G&I: How did you overcome this problem?

JGO: The solution to the skin-resistance problem is DrySense. The DrySense velocity sensor technology uses a proprietary swaging process that eliminates all air gaps between the heated velocity sensor and the tubular probe sheath eliminating the need for any potting compounds. There is no cement at all. This is why we call it “dry.” No so-called “wet” potting compounds are used. We never have any drift in that sensor. As a result, it is extremely stable and why we issue a lifetime warranty.

G&I: But QuadraTherm has other major differences from the traditional configuration.

JGO: Well, this is where we tackle the second problem with thermal, stem conduction. The main difference between the QuadraTherm and traditional thermal mass flow meters is that instead of having two temperature sensors—one a temperature sensor in the temperature probe and the other self-heated temperature sensor in the velocity probe—there is an additional sensor in each, giving a total of 4 temperature sensors. The extra temperature sensor in the stem of each probe measures the stem conduction in each. And, if you don’t account for that you are out of luck. First, stem conduction is a goodly function of the total heat transfer budget and must be accounted for. Second, stem conduction depends on the ambient temperature outside of the pipe. For example, the outside temperature gets cold at night and heats up when the sun comes out. The amount of that stem conduction varies all over the place.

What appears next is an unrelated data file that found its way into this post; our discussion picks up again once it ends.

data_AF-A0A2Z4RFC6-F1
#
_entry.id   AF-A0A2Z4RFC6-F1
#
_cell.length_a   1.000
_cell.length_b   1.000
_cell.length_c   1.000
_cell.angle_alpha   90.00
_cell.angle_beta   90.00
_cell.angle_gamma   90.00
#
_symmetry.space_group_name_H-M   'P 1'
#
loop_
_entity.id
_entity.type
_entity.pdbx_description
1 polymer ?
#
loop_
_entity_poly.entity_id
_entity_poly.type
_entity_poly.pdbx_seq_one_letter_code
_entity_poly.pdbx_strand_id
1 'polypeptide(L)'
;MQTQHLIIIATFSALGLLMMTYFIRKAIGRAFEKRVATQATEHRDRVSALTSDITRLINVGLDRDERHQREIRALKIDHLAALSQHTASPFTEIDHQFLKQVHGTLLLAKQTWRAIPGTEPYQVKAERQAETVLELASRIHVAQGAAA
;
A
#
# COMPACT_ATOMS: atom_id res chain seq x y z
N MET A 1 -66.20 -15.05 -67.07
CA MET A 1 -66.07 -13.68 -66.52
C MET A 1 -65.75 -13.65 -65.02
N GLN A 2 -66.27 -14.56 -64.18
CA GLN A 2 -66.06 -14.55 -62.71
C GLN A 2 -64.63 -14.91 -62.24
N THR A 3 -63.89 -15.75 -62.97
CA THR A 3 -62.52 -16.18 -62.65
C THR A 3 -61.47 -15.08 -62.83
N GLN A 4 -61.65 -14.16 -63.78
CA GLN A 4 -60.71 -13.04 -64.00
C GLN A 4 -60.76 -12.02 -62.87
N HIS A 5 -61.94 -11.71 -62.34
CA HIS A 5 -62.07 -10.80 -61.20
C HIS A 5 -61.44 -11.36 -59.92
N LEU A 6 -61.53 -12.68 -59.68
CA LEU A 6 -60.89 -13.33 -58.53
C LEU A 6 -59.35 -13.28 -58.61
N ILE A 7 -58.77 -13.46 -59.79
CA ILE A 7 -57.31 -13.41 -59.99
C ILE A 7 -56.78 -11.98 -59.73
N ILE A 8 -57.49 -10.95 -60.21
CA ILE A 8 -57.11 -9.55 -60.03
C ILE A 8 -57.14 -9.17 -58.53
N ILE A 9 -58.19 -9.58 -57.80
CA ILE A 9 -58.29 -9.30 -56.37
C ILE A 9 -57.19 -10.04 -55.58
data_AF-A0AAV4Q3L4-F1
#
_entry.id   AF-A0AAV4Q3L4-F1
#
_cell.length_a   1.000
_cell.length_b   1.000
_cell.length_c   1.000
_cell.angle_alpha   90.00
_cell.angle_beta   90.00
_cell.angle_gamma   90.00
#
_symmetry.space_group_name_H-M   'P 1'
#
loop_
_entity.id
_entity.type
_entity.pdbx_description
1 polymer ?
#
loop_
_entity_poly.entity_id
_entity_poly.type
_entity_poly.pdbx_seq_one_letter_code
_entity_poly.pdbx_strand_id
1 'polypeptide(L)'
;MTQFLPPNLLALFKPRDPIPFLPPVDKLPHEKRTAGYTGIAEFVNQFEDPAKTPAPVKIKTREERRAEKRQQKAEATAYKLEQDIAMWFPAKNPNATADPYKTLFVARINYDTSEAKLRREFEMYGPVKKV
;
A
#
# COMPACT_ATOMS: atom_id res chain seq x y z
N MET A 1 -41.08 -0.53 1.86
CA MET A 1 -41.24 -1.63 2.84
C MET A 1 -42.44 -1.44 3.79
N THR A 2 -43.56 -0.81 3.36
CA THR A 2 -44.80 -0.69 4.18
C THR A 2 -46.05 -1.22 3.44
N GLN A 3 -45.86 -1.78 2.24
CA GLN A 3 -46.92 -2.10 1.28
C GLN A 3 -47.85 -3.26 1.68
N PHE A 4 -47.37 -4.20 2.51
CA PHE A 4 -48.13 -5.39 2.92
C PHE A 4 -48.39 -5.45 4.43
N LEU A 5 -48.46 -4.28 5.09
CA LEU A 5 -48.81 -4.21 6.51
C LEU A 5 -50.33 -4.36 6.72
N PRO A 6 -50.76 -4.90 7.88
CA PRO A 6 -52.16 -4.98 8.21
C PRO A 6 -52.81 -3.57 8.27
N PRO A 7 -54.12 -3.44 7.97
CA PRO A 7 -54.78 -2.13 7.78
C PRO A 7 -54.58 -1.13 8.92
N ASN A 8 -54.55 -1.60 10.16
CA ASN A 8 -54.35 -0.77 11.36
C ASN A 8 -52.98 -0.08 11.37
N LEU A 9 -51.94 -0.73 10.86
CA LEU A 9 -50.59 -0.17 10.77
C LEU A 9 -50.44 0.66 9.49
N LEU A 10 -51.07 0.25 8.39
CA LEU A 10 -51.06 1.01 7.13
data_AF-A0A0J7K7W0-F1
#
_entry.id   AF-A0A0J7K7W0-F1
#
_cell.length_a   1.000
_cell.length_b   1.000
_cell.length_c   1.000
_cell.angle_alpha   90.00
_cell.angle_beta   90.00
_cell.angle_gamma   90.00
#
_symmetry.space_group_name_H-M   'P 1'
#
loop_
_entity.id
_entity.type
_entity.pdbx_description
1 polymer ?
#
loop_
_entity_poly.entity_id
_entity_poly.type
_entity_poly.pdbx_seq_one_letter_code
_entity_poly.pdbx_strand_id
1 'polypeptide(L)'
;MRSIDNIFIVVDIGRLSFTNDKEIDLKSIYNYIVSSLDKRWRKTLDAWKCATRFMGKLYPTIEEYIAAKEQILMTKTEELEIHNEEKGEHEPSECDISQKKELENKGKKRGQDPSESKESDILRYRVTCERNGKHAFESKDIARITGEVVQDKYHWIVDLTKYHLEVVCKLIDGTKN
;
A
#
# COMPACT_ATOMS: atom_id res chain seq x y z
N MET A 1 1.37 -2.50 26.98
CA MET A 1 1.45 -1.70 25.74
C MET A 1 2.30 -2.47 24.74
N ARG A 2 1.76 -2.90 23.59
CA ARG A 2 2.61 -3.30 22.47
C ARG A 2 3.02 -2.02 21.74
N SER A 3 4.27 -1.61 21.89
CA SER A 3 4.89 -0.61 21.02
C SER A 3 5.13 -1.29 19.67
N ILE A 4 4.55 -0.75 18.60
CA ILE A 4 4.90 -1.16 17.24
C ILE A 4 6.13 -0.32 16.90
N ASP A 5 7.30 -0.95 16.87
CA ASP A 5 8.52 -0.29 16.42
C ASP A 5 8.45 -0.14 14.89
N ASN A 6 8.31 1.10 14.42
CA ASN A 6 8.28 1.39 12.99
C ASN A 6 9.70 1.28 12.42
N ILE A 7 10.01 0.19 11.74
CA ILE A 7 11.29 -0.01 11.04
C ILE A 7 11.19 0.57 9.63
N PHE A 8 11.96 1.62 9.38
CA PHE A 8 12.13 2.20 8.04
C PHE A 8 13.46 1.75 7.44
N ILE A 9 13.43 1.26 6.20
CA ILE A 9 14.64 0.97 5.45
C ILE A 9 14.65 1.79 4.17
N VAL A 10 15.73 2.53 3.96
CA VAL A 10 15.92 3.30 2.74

G&I: So QuadraTherm solves the stemconduction problem by measuring it?

JGO: Exactly. With the total of 4 sensors, two temperature sensors in the temperature probe, and a heated velocity sensor with additional temperature sensor in the velocity probe, we are able to solve that problem. When you have the two additional sensors you can measure the heat flux going down the stem. It more or less acts like a heat flux-gauge.